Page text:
stroy bacteria in a similar fashion. The World Health Organization considers both
penicillins and tetracyclines to be Critically Important in human medicine, unlike the
FDA, which considers them only Highly Important. Another drug class, fluoroquinolones, considered Critically Important by FDA, was successfully banned for extralabel use in food animals and any use was banned in poultry over concerns of
Antibiotic resistance impacts public health when people consume food contaminated with antimicrobial-resistant bacteria resulting from the exposure of food animals
to antimicrobials, including cephalosporins. Gram-negative bacteria acquire or have
innate resistance to cephalosporin through b-lactamases, which inactivate the drug itself.
8 CMY- 2, a type of AmpC enzyme, and the extended-spectrum b-lactamases
(ESBLs) are found on the chromosomes of
most Enterobacteriaceae and on plasmids in
Salmonella, Escherichia coli and other
Enterobacteriaceae. CMY- 2 and ESBLs provide
resistance to first-, second- and third-generation cephalosporins. CMY- 2 is the b
-lac-tamase most associated with Salmonella
from isolates that display resistance to ceftiofur and increasing resistance to ceftriaxone.
9–11 ESBLs present in bacteria of
human concern include CTX-M, which is
plasmid-mediated and has the potential to
provide resistance to all cephalosporins.
Although now dominant only in European
countries, CTX-M enzymes are gaining a
foothold in the United States but do not
12, 13 When mobilized,
CTX-M enzymes often can be found on
large multidrug-resistant plasmids. FDA is
concerned that cephalosporin resistance
may escalate as CTX-M becomes more
widespread. Severe bacterial infections resistant to cephalosporins, without FDA’s continued action, may face treatment failures from ineffective antibacterial regimens, increasing the likelihood of death.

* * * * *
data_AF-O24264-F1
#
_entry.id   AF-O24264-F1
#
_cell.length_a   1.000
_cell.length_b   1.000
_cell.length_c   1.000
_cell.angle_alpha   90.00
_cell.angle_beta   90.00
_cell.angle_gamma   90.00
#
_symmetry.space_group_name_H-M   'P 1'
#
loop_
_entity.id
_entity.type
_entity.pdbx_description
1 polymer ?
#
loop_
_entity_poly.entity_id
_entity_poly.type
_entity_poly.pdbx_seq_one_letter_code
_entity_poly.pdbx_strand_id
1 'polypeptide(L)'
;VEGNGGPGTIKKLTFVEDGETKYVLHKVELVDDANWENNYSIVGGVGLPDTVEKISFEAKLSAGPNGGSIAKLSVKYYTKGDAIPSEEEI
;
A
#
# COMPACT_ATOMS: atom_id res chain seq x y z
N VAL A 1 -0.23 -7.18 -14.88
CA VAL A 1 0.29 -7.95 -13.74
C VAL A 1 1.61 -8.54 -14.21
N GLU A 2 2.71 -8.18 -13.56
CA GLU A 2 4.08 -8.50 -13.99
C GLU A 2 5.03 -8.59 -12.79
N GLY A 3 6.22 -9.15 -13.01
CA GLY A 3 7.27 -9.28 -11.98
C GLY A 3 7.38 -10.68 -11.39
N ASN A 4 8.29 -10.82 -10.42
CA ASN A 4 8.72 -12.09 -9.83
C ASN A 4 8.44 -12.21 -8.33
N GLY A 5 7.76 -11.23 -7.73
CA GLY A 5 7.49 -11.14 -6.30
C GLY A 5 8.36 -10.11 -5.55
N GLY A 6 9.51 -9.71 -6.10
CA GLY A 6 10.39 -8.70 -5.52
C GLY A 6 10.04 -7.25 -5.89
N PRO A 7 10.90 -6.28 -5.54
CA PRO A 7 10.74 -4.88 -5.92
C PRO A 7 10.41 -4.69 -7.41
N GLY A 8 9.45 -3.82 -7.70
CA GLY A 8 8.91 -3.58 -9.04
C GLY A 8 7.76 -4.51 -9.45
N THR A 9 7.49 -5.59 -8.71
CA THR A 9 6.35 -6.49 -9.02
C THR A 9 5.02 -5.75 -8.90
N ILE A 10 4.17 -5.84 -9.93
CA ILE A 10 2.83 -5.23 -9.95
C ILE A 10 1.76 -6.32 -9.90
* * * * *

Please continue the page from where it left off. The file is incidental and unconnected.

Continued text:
Of particular concern is the evidence of cross-resistance among drugs in the broad
cephalosporin class and the increase in reports of CMY- 2 and CTX-M b-lactamases,
which transfer cephalosporin resistance between enteric bacteria.
9 The surveillance efforts of both the NARMS as well as the Canadian Integrated Program for Antimicrobial Resistance Surveillance have noted both in animal and human isolates the
acquired resistance to b-lactams. Resistance to ceftiofur corresponds with resistance to
ceftriaxone, conferred by CMY- 2, and provides resistance to first-, second- and third-generation cephalosporins. Resistance to ceftiofur compromises the efficacy of ceftriaxone, a first-line therapy for treating human salmonellosis. CMY- 2, in addition to
providing ceftiofur and ceftriaxone resistance, conveys resistance to many other b
-lactams, including ampicillin and amoxicillin.
14 The concern over the pervasiveness and
range of CMY- 2 in the ceftiofur and ceftriaxone surveillance data helps provide the
basis for FDA’s action as it supports the findings that cephalosporin use in food animals is contributing to an upsurge in cephalosporin-resistant pathogens.
The recent issuance is not an all-out prohibition of cephalosporin use in food animals. Many have complained that it is watered down compared with what was put
forth in 2008, while some former critics now indicate that it is more reasonable.
“...FDA has consistently
believed, for several
decades now, that there
are human health risks in
doses of medically
important antibiotics in
Prohibition in the 21st Century
As stated in the prohibition issuance, and in many agency documents in regard to
the use of antimicrobial drugs in animals, “When considering the foodborne pathway,
the potential for human exposure to an-
timicrobial-resistant pathogens is signifi-
cantly less for food derived from minor
species than it is for food derived from
the food-producing major species. The
exposure potential is less in part because
the amount of food derived from cattle,
swine and poultry is much greater than
the amount of food derived from sheep,
goats and aquaculture, the minor species
from which the most food is derived.”
Minor species are defined as animals
other than cattle, swine, chickens,
turkeys, horses, dogs, cats and humans.
At this time, FDA is not planning to
prohibit extralabel use of cephalosporins
in food-producing minor species because
they do not believe that this use repre-
sents a significant risk to the public
health, since these species are consumed
16 Also, because
cephalosporins are approved for use in
sheep and goats, there is less potential
for extralabel use in these species, ac-
cording to the agency. Although people
may consume these animal species less
often, any practice that selects for resist-
ance genes is concerning.